Getting the Most from Your Energy Dollar...
Nitrogen fertilizer accounts for 29 percent of agriculture's energy use, according to USDA research. Proper management of nitrogen fertilizer, including the use of organic sources of nitrogen such as animal manure and cover crops, can save producers energy and money.
Using manure instead of petroleum-based fertilizers could reduce costs up to $55 per acre, based on February 2006 prices, while adopting management intensive grazing practices can save up to $6.50 per acre in energy costs and another $38.00 in reduced harvest costs. In addition, converting from conventional tillage to no-till can save up to 3.5 gallons of fuel per acre with a current value of $6.83 per acre. Nationwide, reducing application overlap on 250 million acres of cropland could save up to $750 million in fertilizer and pesticide costs each year and doubling the use of manure-based nitrogen fertilizer to replace fertilizer produced from natural gas could save an additional $750 million and 100 billion cubic feet of natural gas annually.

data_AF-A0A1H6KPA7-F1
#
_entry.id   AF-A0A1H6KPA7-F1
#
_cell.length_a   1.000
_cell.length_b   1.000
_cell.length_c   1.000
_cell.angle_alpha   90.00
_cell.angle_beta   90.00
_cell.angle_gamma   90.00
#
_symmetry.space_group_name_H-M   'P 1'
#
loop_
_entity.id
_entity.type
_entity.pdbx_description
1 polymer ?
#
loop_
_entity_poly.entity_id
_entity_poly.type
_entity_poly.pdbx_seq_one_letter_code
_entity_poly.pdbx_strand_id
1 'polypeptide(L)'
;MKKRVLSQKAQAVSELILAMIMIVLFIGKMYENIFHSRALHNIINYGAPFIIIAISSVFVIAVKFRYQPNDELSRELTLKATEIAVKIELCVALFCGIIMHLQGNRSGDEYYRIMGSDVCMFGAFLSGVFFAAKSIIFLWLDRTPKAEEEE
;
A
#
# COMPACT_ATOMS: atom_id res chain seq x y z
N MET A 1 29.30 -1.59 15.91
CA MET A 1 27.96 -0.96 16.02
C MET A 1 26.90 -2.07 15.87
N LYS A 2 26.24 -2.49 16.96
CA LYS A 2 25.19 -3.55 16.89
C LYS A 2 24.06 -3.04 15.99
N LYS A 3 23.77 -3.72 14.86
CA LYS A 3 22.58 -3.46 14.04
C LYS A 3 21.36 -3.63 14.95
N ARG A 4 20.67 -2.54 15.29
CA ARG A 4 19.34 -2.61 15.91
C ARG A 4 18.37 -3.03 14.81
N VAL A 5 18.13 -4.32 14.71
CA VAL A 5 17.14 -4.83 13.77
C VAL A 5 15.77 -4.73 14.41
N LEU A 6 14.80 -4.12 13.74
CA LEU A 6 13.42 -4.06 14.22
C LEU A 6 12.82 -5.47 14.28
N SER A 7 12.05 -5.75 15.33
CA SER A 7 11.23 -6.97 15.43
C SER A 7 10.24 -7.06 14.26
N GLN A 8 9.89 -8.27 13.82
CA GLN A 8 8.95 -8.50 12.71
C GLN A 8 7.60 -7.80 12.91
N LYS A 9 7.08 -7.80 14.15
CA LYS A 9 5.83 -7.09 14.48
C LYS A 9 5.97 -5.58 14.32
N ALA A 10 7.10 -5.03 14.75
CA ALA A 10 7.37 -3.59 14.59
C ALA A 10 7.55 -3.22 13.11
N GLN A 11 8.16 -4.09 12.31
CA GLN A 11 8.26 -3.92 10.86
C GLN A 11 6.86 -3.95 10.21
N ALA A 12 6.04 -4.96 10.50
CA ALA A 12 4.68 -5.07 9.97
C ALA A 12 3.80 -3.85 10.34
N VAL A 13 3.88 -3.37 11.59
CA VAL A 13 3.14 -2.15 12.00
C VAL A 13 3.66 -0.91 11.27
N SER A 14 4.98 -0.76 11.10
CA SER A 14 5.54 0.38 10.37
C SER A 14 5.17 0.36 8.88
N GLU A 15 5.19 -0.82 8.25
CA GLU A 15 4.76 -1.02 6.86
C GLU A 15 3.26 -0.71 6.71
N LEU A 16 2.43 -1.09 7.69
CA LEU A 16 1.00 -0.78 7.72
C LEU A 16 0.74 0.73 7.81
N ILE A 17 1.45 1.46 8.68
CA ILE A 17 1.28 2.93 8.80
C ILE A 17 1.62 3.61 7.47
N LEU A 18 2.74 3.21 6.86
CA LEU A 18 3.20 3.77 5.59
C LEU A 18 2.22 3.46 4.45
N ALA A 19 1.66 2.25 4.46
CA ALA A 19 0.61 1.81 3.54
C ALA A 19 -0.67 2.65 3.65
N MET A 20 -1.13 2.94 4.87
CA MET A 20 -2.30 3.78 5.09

Producers using the Energy Estimator for Nitrogen can select up to four crops from a list of commonly harvested crops in their state. Next, they enter the acres of each crop, pounds or units per acre used for each selected form of nitrogen fertilizer, and the nitrogen fertilizer price. Finally, producers select the nitrogen fertilizer application practices, the timing and placement of the fertilizer application and whether or not they use materials that reduce potential nutrient losses to the environment.
USDA intends for farmers and ranchers to use the Energy Estimator for Nitrogen for guidance rather than as a sole source for decision-making on nitrogen fertilizer application. The Energy Estimator for Nitrogen identifies a producer's local USDA Service Center and provides links to state university soil and nitrogen information. USDA recommends that farmers and ranchers take their nitrogen fertilizer estimates to their local USDA Service Center, Extension office, or their crop consultant. To find a local Extension office, visit USDA's Cooperative State Research, Education, and Extension Service web site.
In December 2005, USDA released the Energy Estimator for Tillage to help farmers and ranchers calculate diesel fuel use and costs associated with various tillage practices.